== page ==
How to Live on Bali

Couple Living in Bali
Living in BaliCourtesy of Ben and Blair Ripple

Twelve years ago, Ben Ripple won a poker game that changed his life. Too much lager led him to accept four hand- written airline travel passes instead of cash. So Ben and his new girlfriend, Blair, took off. After nearly six months of wandering, they wound up on Bali, and never left. Today, the couple runs Big Tree Farms, the island's largest organic farm. We caught up with the 30-something expats (and their daughters, 4-year-old Lila, who was born in the States, and 2-year-old Magnolia, who was born on Bali) in their teak house in Ubud.

How did you end up in Bali? When we landed in Bali, our first stop was a small village in the foothills of Mount Agung. Just after we arrived, we were whisked to a teeth-filing ceremony (believed to rid the body of vices) and immediately fell in love with both the magic and madness of the island. On the second day our host, Nyoman Kari, woke us at 4 a.m. and drove us to the top of a hill overlooking the Agung volcano and Sideman valley. Nyoman said his father had told him to give us this land because we needed to stay and build a farm. I have a degree in sustainable agriculture and had been working on organic farms since I was 16, so the idea didn't seem unreasonable. (We later learned that Nyoman's father had been dead for more than a decade.) So Bali, in this way, chose us, and we never looked back.

And now you are running the largest organic farm on Bali? A chance meeting with expat jeweler John Hardy led to a friendship and business deal to help teach young Balinese farmers the principles of "market gardening." As a result, our business grew from a quarter-acre patch that provided produce to island hotels. Today, it's a company focused on helping small farmers across the island organically grow and process artisan products like sea salt, rare spices, cashews, coconut palm sugar, cacao and honey. Today, we work with about 5,000 farmers on more than 1,000 acres and sell products in the United States, Canada, Europe, Japan and Australia.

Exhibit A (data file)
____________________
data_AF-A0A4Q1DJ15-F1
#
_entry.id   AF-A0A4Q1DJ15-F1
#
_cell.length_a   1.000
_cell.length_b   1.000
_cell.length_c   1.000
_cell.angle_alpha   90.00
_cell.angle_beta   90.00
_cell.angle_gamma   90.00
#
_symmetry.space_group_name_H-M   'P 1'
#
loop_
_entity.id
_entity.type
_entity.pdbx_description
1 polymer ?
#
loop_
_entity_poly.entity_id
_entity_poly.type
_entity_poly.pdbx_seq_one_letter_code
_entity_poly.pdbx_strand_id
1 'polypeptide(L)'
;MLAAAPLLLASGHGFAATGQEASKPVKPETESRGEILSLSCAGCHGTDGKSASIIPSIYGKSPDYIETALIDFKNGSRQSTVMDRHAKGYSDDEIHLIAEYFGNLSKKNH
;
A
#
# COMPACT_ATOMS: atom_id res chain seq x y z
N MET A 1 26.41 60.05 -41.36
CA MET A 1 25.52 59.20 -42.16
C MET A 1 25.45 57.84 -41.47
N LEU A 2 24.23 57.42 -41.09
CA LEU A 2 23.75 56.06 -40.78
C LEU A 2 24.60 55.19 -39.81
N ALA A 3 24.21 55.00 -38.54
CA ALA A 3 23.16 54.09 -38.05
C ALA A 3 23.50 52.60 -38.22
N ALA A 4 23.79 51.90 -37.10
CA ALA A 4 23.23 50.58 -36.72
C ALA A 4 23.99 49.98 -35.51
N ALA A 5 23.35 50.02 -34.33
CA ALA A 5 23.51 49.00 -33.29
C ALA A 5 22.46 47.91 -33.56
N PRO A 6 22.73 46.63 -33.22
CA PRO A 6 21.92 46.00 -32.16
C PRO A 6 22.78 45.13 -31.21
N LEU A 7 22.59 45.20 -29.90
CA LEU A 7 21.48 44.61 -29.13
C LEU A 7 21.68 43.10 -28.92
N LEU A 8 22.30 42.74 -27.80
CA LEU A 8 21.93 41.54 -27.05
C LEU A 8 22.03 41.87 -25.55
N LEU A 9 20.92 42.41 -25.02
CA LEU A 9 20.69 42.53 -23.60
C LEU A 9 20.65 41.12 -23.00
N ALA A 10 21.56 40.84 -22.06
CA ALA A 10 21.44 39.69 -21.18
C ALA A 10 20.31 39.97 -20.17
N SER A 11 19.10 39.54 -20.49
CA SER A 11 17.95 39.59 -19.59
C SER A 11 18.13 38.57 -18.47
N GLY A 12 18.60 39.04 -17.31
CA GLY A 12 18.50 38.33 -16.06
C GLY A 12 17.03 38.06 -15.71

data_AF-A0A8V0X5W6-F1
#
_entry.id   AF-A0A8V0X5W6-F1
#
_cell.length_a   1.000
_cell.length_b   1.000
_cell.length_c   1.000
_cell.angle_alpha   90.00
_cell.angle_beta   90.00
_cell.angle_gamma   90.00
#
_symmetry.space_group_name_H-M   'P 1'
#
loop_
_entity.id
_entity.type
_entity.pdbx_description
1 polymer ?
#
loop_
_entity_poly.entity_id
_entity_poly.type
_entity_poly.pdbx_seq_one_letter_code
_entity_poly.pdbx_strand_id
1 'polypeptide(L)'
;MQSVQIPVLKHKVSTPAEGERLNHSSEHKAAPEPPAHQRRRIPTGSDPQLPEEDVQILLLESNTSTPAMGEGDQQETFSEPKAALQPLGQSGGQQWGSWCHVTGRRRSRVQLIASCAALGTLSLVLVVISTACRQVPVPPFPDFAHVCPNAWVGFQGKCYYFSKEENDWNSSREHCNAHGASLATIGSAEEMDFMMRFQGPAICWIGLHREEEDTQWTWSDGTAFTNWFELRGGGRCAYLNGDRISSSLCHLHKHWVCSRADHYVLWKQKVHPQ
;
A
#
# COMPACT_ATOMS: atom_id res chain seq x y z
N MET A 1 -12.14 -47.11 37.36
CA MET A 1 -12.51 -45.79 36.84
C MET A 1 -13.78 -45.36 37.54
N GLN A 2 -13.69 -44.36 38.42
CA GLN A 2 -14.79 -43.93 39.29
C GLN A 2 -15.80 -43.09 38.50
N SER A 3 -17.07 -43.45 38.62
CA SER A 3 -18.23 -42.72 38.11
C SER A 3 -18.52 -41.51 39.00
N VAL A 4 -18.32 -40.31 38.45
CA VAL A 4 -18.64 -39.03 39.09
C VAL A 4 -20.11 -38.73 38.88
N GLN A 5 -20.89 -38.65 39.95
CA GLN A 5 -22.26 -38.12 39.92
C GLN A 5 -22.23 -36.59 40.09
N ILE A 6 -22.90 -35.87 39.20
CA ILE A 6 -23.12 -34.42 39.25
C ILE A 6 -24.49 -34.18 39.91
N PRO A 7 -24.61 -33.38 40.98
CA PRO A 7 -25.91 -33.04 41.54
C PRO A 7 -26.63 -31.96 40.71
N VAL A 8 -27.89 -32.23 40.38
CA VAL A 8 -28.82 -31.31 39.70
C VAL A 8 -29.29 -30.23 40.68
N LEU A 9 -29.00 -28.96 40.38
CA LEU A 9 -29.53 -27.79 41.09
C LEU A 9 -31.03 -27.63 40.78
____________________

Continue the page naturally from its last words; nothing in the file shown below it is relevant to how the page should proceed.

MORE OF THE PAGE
Did it take some time to adjust to life on the island? Initially, it was the little things like fixed prices. Here, every transaction, no matter how small, requires negotiation. We also missed warm water for showers and washing dishes, sitdown toilets, quiet nights -- the roosters, dogs and frogs have driven many a new arrival to tears. Most of all, our idea of personal space. The quirks have often become the things that make us smile most, and the one thing we've learned here more than anything else is simply to enjoy each moment as it comes -- even if it comes extremely late, as is usually the case in Bali.

Describe a typical day.We all wake with the sun. Breakfast is local coffee or tea, and fresh fruits like mango, papaya, rambutan and snake-fruit. We drop off Lila at the sustainably built bamboo-and-earth Green School. Then it's off to the office or the jungle, where all our products are grown and processed. Evenings are often spent with friends enjoying fresh food and drink. Life is, simply put, a joy.

Sounds like a dream. Is there anything that's especially difficult? We return to see family at least once a year, and family visits Bali once a year. The initial concern from our families about our life in Bali has eased over the years, but being distant from the ones you love is the single hardest part about the tropical island fantasy.

Was it easy to join the community? It depends on who you ask. We largely escaped the legendary red tape of Indonesia. Asking too many questions is a must; often you don't get the right answer until you happen upon the right question. Things that look too good to be true usually are, and it's best to seek the advice of those with extensive island experience before making major decisions. Overall, the community is open and outgoing, and new friends are always welcome.

Do you have any advice for someone who wants to move to Bali? Experience the island for a significant period. See if it speaks to you. Visit both the mountains and the sea, as they have very different vibes. If when you get back home, you fi nd the urge to come back too strong to deny, you'll know you've been bitten by the Bali bug!

What's the best thing about Bali? It's the most incredible place I can imagine for raising our girls. They're growing up in one of the most magical play- grounds in the world. They love living under the coconuts in the rice paddies and vegetables fields of Bali. It's wild and raw and beautiful, and every day is a petting zoo gone wild with cows, goats, pigs and roaming hens trailed by chicks just about everywhere you look. And it's our favorite place too. We live in the mountains of Ubud. Think Eat, Pray, Love and you aren't far off.

Facts of Life

  • Climate: Tropical
  • Population of Bali: 3.2 million
  • Population of Denpasar: 464,000
  • Main hospital: Bali International Medical Center on the Jalan Bypass Ngurah Rai
  • Price of local beer: 60 cents for a pint of Bintang at Naughty Nuri's Warung and Grill
  • Languages: Bahasa Indonesia, English
  • Ease of immigration: Difficult
  • Ease of buying a home: Easy
  • House starting price: $140,000 for a two-bedroom house in Ubud
  • Website: baliproperty.com